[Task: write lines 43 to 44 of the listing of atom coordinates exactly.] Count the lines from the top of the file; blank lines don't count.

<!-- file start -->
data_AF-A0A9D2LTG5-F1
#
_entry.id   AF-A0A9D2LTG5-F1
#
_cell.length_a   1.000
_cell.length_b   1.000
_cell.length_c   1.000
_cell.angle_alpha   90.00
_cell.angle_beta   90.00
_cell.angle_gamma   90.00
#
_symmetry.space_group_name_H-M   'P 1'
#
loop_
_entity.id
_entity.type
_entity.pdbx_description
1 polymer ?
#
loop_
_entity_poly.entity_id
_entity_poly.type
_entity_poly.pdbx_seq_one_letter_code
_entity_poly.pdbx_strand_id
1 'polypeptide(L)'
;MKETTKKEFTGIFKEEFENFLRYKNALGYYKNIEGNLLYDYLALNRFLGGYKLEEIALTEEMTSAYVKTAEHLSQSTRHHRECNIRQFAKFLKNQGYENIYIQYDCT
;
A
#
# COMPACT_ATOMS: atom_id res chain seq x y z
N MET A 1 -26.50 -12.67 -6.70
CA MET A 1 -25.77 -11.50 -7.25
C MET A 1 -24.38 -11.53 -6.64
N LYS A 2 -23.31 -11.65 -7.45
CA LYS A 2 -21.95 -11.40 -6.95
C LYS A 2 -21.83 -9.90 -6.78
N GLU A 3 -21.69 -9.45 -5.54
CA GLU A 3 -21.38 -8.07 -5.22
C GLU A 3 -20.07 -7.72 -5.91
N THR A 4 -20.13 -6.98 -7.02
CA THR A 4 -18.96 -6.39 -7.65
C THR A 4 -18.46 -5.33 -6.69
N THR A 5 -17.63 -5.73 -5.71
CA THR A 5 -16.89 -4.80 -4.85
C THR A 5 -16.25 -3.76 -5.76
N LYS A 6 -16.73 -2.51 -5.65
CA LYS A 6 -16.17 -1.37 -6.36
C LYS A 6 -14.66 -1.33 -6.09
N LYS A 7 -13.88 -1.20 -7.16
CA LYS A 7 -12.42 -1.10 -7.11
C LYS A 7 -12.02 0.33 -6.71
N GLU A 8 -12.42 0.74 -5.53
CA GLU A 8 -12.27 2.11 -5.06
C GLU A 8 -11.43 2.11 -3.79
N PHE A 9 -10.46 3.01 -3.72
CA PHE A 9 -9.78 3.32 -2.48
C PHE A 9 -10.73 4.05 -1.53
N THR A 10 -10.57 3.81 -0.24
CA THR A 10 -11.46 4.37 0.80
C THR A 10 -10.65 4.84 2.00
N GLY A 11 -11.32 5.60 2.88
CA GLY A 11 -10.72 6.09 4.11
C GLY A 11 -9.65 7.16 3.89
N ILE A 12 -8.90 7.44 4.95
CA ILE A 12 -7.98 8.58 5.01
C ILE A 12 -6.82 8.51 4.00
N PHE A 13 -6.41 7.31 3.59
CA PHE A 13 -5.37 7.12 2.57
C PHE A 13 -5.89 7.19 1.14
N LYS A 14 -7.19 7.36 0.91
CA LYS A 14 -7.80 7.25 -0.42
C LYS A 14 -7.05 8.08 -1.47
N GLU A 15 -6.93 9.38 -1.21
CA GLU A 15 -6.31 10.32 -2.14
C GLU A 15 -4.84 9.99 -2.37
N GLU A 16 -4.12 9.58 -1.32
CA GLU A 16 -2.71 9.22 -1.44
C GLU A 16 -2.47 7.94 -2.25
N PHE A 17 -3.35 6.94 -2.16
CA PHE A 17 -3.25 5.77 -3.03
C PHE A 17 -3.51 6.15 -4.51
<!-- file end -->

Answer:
N THR A 5 -17.63 -5.73 -5.71
CA THR A 5 -16.89 -4.80 -4.85